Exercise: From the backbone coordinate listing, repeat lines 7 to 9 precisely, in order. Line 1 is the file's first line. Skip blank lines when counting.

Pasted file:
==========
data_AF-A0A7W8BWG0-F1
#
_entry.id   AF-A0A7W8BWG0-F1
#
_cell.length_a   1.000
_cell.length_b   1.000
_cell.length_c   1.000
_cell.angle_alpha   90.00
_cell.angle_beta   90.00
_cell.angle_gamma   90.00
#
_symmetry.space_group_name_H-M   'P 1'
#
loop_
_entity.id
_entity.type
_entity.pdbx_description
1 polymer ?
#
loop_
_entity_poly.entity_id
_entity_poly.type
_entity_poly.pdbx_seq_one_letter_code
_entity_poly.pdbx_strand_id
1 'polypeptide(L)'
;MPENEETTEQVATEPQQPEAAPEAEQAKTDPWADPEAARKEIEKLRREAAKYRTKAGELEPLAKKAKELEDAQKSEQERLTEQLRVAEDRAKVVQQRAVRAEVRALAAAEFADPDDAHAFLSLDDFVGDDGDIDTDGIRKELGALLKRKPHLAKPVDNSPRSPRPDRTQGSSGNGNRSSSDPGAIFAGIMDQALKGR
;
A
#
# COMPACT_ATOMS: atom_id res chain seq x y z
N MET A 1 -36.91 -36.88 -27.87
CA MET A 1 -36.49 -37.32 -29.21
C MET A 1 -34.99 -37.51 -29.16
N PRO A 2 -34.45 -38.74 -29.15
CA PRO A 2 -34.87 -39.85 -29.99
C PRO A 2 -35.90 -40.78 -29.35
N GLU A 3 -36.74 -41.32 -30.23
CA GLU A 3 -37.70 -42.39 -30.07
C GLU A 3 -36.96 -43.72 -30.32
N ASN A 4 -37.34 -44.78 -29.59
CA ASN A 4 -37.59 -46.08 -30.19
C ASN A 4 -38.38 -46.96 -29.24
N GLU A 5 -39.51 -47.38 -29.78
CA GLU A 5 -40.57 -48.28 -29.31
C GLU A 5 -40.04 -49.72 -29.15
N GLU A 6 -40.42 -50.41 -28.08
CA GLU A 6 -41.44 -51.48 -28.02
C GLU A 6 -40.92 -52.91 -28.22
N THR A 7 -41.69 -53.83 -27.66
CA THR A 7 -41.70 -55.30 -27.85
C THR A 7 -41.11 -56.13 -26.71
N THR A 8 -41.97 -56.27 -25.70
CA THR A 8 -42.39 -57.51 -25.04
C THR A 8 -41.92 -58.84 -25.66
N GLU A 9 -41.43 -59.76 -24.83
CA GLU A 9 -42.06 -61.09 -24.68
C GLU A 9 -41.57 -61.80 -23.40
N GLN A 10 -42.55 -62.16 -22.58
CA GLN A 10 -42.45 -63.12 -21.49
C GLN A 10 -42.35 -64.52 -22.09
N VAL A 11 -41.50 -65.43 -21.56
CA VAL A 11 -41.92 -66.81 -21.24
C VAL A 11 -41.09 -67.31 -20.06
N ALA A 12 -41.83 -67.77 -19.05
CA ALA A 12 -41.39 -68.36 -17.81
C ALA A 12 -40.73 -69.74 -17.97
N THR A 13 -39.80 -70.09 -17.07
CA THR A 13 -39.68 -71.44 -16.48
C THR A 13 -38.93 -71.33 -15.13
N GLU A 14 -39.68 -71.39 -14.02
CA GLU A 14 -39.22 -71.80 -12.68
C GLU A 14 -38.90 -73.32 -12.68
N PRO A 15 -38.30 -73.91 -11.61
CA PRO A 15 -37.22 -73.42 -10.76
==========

_cell.length_c   1.000
_cell.angle_alpha   90.00
_cell.angle_beta   90.00